How to evacuate

When it comes to handling a bomb-related crisis situation, experts in Hungary have plenty of experience. One of the most recent major incidents was in July of 2008, when up to 10,000 residents had to leave their homes in the Angyalföld district of Budapest after finding an American made GP type explosive weighing 500 kilograms.

The attending law enforcement officials began the evacuations by patrolling the streets and informing residents of the designated safe points through the loudspeakers on police cars. In this case, the destinations were two nearby school buildings and the Vasas sports complex.

“We were instantly provided with soft drinks, and later sandwiches; there was even food for the dogs,” a local resident told the BBJ, underlining that the officials took control of the situation. In the corridors of the school where he was directed, there were also beds set up for those of poor health, or those who were simply tired.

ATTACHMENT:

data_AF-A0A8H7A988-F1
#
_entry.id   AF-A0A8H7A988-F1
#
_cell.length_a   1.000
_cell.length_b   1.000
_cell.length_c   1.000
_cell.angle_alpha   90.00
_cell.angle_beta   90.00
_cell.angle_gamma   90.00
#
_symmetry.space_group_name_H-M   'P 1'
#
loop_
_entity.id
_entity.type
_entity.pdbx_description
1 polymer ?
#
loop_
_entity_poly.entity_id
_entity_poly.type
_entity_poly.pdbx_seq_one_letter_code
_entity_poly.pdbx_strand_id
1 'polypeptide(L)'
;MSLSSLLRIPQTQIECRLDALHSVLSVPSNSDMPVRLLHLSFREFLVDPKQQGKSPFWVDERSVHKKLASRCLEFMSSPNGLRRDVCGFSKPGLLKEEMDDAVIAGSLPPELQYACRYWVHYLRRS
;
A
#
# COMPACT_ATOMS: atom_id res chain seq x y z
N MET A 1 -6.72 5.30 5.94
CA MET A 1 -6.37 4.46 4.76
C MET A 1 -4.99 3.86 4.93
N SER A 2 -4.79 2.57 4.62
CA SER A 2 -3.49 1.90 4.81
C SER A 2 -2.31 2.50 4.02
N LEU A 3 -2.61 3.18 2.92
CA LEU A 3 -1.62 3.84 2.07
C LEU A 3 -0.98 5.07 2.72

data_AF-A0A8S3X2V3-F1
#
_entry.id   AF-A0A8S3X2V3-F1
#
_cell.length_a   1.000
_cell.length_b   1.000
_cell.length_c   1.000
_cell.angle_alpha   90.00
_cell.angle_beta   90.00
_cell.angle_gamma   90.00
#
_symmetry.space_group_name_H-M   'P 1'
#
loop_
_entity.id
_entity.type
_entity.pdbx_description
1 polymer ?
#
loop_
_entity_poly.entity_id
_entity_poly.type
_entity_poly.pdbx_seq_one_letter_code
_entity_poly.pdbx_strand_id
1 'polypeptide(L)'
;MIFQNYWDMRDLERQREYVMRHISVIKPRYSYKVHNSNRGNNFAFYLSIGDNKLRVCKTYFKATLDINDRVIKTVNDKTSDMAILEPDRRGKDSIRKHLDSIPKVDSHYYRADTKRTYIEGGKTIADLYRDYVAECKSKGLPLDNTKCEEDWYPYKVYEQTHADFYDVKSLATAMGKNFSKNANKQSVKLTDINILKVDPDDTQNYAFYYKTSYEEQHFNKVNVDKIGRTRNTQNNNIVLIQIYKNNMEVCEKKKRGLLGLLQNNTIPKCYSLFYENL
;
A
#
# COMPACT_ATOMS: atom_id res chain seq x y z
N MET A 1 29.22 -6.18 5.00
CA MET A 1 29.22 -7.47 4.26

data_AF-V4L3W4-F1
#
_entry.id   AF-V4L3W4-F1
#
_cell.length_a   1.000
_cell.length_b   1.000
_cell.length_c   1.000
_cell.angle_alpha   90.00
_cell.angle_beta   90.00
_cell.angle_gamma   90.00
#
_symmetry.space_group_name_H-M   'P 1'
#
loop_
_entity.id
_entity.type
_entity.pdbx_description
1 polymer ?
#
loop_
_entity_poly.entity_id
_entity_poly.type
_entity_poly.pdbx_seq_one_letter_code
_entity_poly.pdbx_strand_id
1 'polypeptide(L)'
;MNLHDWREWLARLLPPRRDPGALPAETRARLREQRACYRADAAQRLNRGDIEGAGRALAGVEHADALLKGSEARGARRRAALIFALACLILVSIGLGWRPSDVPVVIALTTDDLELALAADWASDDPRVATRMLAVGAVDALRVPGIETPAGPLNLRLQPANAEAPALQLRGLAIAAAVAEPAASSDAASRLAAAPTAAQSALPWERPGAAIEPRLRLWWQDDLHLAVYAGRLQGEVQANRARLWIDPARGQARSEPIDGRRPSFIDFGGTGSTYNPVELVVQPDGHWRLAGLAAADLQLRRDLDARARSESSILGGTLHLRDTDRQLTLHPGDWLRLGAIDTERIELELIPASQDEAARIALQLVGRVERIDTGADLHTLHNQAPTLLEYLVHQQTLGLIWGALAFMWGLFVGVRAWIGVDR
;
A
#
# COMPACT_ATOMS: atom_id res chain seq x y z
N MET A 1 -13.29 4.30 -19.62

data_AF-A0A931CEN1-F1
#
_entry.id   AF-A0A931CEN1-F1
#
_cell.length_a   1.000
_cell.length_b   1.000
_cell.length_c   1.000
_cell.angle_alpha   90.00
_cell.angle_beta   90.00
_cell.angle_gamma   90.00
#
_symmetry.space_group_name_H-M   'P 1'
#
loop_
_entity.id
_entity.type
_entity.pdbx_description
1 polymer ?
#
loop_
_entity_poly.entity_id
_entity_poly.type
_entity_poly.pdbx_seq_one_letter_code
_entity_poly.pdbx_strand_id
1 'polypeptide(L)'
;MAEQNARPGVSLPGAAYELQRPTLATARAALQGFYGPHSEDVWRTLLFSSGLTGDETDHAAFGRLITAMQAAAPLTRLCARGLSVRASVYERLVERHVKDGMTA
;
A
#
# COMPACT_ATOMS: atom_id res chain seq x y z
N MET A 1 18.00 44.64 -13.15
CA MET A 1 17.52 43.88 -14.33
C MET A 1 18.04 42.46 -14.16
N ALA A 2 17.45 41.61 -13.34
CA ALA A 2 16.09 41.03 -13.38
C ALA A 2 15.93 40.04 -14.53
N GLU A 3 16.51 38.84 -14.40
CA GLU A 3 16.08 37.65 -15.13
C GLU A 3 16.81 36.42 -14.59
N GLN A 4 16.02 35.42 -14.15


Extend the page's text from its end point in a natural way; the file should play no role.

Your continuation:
Besides the fact that nobody is happy to be kicked out of their home for whatever reason, those sitting around at the school waiting for the bomb squad to do their business felt well-informed. “Whenever there were developments, someone from the local government would tell the crowd what was going on and what they could expect.”

Despite the extent of the evacuations, the bomb experts resolved the situation and after about roughly four hours, everyone was allowed to return to their homes.

Reproduced from the July 16 issue of the Budapest Business Journal.